Day 1: A Very Irish Murder in Cincinnati

While not very seasonal, it was one of my favourite shows of 2019. I stumbled across the story of Mollie Gilmartin by accident in an archive and I was immediately intrigued. Ultimately I spent a few weeks tracing her fascinating but tragic life. This episode was really enhanced by Muireann Hogan’s great narrations.

In April 1894 Cincinnati’s Irish American community was rocked by a shocking and brutal murder. It was so scandalous that many newspapers in Ireland refused to even mention it, even though both the victim and the perpetrator were Irish.

Day 2: Ireland’s Nazi Commando

When World War II came to an end, the Nazi commando Otto Skorzeny was considered to be among the most dangerous men in Europe. While he had earned fame for a daring rescue of Benito Mussolini in 1943 he was also accused of war crimes. In this episode, based on files from the National Archives and Ireland’s Military Archives I look at the strange and unsettling story behind his later connections with Ireland and Irish politicians.

In 1957 Skorzeny was welcomed to Ireland at a reception that included none other than Charles J Haughey, the later Taoiseach. This two part podcast is a gripping investigation into why Skorzeny was here, who he was working with and why so many in Ireland were willing to welcome this notorious individual.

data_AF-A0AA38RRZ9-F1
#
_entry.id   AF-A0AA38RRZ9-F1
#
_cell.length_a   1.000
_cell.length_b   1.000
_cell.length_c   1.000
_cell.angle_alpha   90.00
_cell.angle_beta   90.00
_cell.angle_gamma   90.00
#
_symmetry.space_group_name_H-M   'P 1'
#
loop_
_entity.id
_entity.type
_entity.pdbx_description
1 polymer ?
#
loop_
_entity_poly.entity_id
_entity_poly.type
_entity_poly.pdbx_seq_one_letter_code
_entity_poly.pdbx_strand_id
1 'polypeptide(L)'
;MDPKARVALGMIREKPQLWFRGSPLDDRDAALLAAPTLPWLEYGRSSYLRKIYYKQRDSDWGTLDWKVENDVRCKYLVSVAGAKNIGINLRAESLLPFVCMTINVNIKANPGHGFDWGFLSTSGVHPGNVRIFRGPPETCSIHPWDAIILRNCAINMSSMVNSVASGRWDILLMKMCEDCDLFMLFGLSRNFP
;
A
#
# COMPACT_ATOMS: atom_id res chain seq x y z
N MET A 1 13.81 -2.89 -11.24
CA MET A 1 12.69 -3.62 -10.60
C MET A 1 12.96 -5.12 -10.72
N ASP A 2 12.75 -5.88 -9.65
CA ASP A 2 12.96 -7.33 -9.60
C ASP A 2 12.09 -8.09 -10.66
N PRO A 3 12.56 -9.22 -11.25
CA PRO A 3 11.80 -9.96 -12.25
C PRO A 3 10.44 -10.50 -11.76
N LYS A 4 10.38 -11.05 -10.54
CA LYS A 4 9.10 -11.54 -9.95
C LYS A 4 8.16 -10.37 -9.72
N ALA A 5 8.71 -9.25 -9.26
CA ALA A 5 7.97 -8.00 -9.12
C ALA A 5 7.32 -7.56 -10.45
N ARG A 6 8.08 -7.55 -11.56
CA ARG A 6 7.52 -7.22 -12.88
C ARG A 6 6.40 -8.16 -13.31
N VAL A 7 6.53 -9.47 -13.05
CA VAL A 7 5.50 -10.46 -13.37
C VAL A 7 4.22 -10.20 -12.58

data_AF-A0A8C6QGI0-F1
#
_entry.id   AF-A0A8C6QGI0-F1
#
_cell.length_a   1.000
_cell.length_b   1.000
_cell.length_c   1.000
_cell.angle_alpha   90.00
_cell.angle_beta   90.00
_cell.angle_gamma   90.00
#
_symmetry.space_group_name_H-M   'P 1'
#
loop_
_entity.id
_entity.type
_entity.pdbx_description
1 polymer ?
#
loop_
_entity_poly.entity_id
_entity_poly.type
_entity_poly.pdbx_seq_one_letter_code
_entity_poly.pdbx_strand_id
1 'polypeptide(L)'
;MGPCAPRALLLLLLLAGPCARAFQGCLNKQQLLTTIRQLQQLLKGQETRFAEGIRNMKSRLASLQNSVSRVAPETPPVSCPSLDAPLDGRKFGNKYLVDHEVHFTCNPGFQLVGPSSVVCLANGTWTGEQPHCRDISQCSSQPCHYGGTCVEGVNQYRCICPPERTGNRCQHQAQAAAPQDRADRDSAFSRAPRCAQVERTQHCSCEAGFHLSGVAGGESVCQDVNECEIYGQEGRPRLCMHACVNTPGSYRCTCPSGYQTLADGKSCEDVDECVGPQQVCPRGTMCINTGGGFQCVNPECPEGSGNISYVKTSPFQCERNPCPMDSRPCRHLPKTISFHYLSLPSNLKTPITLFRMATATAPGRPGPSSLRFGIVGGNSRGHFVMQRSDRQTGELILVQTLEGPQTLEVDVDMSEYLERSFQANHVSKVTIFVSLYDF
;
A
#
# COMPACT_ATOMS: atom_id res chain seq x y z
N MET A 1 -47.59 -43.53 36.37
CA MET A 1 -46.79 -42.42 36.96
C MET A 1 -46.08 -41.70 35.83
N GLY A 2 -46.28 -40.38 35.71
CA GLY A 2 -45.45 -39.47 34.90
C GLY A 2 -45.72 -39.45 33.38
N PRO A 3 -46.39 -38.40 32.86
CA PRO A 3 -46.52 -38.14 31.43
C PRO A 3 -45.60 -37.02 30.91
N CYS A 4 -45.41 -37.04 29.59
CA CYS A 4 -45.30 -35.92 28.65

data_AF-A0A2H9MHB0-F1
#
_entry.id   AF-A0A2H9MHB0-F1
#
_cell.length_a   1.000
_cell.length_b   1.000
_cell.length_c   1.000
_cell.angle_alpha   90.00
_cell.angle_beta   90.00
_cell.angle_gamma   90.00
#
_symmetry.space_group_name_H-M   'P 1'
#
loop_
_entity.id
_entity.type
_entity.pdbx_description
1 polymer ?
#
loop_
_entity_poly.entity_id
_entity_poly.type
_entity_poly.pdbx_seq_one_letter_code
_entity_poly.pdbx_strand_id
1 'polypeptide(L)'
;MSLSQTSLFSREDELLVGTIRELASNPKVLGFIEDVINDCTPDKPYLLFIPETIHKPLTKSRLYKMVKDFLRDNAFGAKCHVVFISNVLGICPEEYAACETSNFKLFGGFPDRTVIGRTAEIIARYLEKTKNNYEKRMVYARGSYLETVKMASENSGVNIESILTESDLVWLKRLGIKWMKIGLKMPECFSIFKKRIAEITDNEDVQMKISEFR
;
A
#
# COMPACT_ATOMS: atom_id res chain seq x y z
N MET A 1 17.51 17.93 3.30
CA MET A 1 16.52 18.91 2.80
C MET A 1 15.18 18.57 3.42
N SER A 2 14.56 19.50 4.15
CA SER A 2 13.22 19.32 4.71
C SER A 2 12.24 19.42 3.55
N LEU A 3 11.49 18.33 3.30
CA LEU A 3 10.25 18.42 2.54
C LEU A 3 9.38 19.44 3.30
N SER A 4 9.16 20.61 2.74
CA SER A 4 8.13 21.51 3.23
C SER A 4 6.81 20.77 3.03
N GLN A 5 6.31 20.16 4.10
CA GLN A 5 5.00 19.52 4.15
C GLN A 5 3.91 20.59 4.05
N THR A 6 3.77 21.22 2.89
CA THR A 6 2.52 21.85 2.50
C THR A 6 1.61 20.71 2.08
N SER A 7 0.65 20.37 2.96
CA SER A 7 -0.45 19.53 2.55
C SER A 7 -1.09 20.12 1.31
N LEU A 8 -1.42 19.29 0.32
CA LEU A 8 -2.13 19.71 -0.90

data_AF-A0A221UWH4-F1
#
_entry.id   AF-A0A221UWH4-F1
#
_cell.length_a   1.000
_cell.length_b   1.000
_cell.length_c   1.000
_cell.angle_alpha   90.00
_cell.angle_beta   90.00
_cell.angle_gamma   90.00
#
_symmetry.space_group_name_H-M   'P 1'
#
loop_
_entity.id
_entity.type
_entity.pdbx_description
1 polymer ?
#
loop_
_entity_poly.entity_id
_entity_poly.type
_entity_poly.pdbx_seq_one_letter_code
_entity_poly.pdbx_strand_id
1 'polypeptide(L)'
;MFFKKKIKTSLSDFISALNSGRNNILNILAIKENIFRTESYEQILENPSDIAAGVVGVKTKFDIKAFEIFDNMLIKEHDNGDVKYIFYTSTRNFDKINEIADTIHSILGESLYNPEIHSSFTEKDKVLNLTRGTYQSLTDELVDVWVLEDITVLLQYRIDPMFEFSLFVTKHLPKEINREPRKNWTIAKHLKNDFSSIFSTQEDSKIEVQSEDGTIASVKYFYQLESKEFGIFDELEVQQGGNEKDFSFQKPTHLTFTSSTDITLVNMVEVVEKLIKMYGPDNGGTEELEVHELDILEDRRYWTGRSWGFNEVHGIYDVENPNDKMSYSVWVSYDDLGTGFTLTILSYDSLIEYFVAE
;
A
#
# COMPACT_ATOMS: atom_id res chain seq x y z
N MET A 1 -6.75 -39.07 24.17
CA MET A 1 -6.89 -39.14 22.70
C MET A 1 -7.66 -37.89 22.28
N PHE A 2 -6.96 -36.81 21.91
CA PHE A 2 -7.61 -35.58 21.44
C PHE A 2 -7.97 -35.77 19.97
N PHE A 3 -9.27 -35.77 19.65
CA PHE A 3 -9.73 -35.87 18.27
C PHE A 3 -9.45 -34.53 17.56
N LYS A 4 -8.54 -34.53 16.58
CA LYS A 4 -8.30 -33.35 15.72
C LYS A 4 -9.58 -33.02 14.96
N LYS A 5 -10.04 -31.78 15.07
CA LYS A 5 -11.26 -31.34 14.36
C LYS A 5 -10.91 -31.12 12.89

This is the first part of the podcast. The second is available here…

Day 3: The Maamtrasna Murders

This three part podcast series investigates one of Ireland’s most enduring murder mysteries. Maamtrasna is a remote mountain community on the Mayo-Galway border. Events there in August 1882 shocked the world when a group of unidentified individuals attempted to brutally massacre three generations of the Joyce family.

Given the location of the Joyce family home was so isolated it was clear that the victims neighbours must have known the  perpetrators. However no one in the community would speak to the police and it was a complete mystery as to why the Joyces had been attacked.

The first podcast of the three (below) explains the murders, while part II & III detail the investigation in a story laced with intrigue and mystery.

Day 4: The Mulranny Police Conspiracy

Released in the summer of 2018, the Mulranny Police Conspiracy looks at a forgotten chapter from Irish history. In 1898, the Royal Irish Constabulary turned on the small community in the west of Ireland town of Mulranny Co Mayo. In what proved to be a bizarre and intriguing story this lead to a prolongued and bitter confrontation in this picturesque town.

In what are familiar themes from contemporary news stories of police corruption, this podcast has whistleblowers, abuse of power, dark conspiracies and a tenacous community fighting for their rights….

Day 5: Letters from Dakota

Created in 2016, this is the only podcast I have made about my own family. In 1906 my grandaunt, Mollie Dwyer, emigrated to the USA when she was 15 years of age. Her emigrant experience was very different to most. Within two months she found herself in a convent in South Dakota training to be a nun. She would never return to Castlecomer, the town she grew up in, save for the very occasional visit.